Asia-Pacific, Development & Aid, Gender, Headlines, Human Rights, Population

CHINA: A Parade Less, A Step Forward

Kit Gillet

BEIJING, Aug 6 2010 (IPS) - Understanding that sex workers have rights too may still be some way off in China, but the government’s decision to stop police from parading them in public to humiliate them appears to reflect changing public attitudes toward those in the sex trade.

The decision announced by the Ministry of Public Security on Jul. 27 was a major change, given that the practice of parading supposed criminals has been around for a long time in China.

Show trials and parades of counter-revolutionaries were a part of the Cultural Revolution in the late 1960s and early 70s. For the most part, the practice of parading criminals ended in the 1980s, and was until recently seemingly reserved for those in the sex trade.

“There are a number of people who are for this, I just don’t get it,” says He Weifang, an outspoken legal professor at the prestigious Peking University in Beijing. “Thankfully the government couldn’t continue the practice just to cater to a small number of people.”

“Making them parade down the streets accomplished nothing but humiliate these women, and stopping them being able to try to return to a normal life even if they wanted to,” adds He.

In fact, considerable backlash has been emerging against this in recent years, after instances where police allowed journalists to photograph sex workers and publicise the images, or lined them up to name and shame them in front of the public.

So when in July, two sex workers caught in the southern city of Dongguan were paraded barefoot, handcuffed and led by a rope tied around their waists through the streets in broad daylight and photographed, it was too much for many Chinese.

Thousands of online messages denounced this, and the police officer involved was suspended for a month.

“They (sex workers) are also human beings. Where is the respect? What about human rights?” one netizen wrote in an online forum, where many Chinese express their views more freely. Another argued: “It’s not good to keep this up. We should legalise the sex industry or the government should find other jobs for the prostitutes.”

It was after the Dongguan incident that the Ministry of Public Security ordered a stop to the practice, and asked police to act in a “rational, calm and civilised manner.”

Prostitution is illegal and adult prostitutes face a first-time fine of up to 5,000 yuan (739 U.S. dollars) and a custody sentence of up to 15 days. Successive arrests can get a sex worker two years of labour re-education, Gao Fuguo, a Shandong-based human rights lawyer, says in an interview. “When they are in prison some are assaulted. I have also heard that sometimes, they are not allowed to wear any clothes in there,” Gao added.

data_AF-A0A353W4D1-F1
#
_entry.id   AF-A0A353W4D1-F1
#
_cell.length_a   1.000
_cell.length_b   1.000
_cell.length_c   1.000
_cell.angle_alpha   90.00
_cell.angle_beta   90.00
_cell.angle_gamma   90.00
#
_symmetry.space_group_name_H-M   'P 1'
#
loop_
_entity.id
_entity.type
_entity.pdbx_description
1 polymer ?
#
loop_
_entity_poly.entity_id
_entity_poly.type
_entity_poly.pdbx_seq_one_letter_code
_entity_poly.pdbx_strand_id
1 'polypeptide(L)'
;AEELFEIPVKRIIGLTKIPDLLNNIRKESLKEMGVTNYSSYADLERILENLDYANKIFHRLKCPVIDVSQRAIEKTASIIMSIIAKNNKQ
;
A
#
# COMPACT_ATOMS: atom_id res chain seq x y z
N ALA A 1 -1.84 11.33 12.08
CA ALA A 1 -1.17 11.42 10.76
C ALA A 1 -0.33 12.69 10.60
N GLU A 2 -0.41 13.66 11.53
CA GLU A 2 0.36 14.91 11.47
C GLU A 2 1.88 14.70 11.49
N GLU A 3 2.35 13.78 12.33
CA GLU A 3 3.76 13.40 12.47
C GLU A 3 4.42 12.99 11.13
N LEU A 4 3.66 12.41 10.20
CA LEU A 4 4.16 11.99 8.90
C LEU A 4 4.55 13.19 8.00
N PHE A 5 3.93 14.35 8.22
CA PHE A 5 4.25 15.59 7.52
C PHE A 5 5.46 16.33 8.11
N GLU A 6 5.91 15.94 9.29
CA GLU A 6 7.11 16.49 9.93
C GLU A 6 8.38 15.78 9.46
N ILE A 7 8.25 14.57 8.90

Statistics on the number of sex workers arrested each year have not been made public, but local media reported that police arrested 1,100 suspects in Beijing in May.

Still, the July ban and the public response to it has somewhat widened the space for discussion of how sex work can be addressed, with some making rare calls for a more social rather than a criminalised approach.

A week after the ban on shame parades was announced – and perhaps emboldened by it – several women in Dongguan took to the streets and asked onlookers to sign a petition demanding the scrapping of anti-prostitution laws.

“Previously, I had no intention of making demands for legalisation. I had only hoped that under the current state of things, the rights and interests of our sisters would receive greater protection,” the group’s leader, Ye Haiyan, founder of the Chinese Women’s Rights Workshop, told ‘Global Voices Online’.

“But the crackdowns this year have been insane and leave me feeling hopeless,” said Ye, who was arrested for organising the protest and later released. “Every day when you look at the news, you see sex workers being criminalised everywhere across the country. When they see the cameras, sisters will hang their heads or cover their faces as they get paraded around, exposed and publicly humiliated,” she added.

At times, arrested sex workers and their clients find their names posted publicly as well. This was what happened in Wuhan city in June, when police, after a sting operation, posted these on a wall outside their police station.

Later, one local public security bureau director whom the ‘People’s Daily’ newspaper identified as ‘Mr Wei’ said: “We think it is not proper to expose the names of prostitutes and we demand the police not directly publish information such as names.”

He maintained, though, that there was nothing illegal about this.

But “of course it is illegal,” Gao said. “Citizens are protected by the law. We can’t regard suspects as animals; this is (going) backwards. It is the trampling of people’s basic rights.”

“There are lots of reasons for women to become prostitutes; they are poor, may have to support their children back in their home village,” Gao continued. “In a word, they have no money, so how can parading these people in public get to the root of the problem? They will still have no money after they are released, and worse, they may have lost their last bit of self-esteem.”

Meantime, activists take heart from slowly changing public opinion toward more compassion, if not yet full respect, for the basic rights of sex workers.

In 2006, when more than 100 sex workers and clients were paraded through the streets of southern Shenzhen city, crowds jeered at them. In contrast, the release of images from the July parade of sex workers in Dongguan prompted many Chinese to come forward with online messages of protest.

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